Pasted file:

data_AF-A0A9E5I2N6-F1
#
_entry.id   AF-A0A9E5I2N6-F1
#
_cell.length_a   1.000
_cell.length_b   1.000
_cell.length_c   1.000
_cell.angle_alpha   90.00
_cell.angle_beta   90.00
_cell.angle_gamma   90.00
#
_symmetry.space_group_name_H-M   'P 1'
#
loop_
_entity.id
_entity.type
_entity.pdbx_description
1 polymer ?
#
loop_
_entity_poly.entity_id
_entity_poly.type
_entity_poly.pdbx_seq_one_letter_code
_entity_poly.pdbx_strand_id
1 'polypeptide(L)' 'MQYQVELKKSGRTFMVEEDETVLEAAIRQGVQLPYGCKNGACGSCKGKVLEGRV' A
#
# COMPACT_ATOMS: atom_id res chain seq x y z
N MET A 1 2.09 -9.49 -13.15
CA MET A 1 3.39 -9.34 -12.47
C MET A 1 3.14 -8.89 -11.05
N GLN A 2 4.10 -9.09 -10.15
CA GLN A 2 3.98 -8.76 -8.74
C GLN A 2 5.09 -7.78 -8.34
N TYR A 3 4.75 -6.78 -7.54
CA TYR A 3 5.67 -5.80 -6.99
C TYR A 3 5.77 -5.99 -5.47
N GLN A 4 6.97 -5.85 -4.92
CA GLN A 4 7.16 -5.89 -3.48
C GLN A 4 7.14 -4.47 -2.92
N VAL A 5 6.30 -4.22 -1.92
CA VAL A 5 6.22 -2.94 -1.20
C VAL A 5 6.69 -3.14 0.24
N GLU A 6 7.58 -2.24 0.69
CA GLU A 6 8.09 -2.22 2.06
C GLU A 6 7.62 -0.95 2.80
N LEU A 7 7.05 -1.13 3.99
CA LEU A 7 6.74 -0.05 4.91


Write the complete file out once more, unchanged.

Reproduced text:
data_AF-A0A9E5I2N6-F1
#
_entry.id   AF-A0A9E5I2N6-F1
#
_cell.length_a   1.000
_cell.length_b   1.000
_cell.length_c   1.000
_cell.angle_alpha   90.00
_cell.angle_beta   90.00
_cell.angle_gamma   90.00
#
_symmetry.space_group_name_H-M   'P 1'
#
loop_
_entity.id
_entity.type
_entity.pdbx_description
1 polymer ?
#
loop_
_entity_poly.entity_id
_entity_poly.type
_entity_poly.pdbx_seq_one_letter_code
_entity_poly.pdbx_strand_id
1 'polypeptide(L)' 'MQYQVELKKSGRTFMVEEDETVLEAAIRQGVQLPYGCKNGACGSCKGKVLEGRV' A
#
# COMPACT_ATOMS: atom_id res chain seq x y z
N MET A 1 2.09 -9.49 -13.15
CA MET A 1 3.39 -9.34 -12.47
C MET A 1 3.14 -8.89 -11.05
N GLN A 2 4.10 -9.09 -10.15
CA GLN A 2 3.98 -8.76 -8.74
C GLN A 2 5.09 -7.78 -8.34
N TYR A 3 4.75 -6.78 -7.54
CA TYR A 3 5.67 -5.80 -6.99
C TYR A 3 5.77 -5.99 -5.47
N GLN A 4 6.97 -5.85 -4.92
CA GLN A 4 7.16 -5.89 -3.48
C GLN A 4 7.14 -4.47 -2.92
N VAL A 5 6.30 -4.22 -1.92
CA VAL A 5 6.22 -2.94 -1.20
C VAL A 5 6.69 -3.14 0.24
N GLU A 6 7.58 -2.24 0.69
CA GLU A 6 8.09 -2.22 2.06
C GLU A 6 7.62 -0.95 2.80
N LEU A 7 7.05 -1.13 3.99
CA LEU A 7 6.74 -0.05 4.91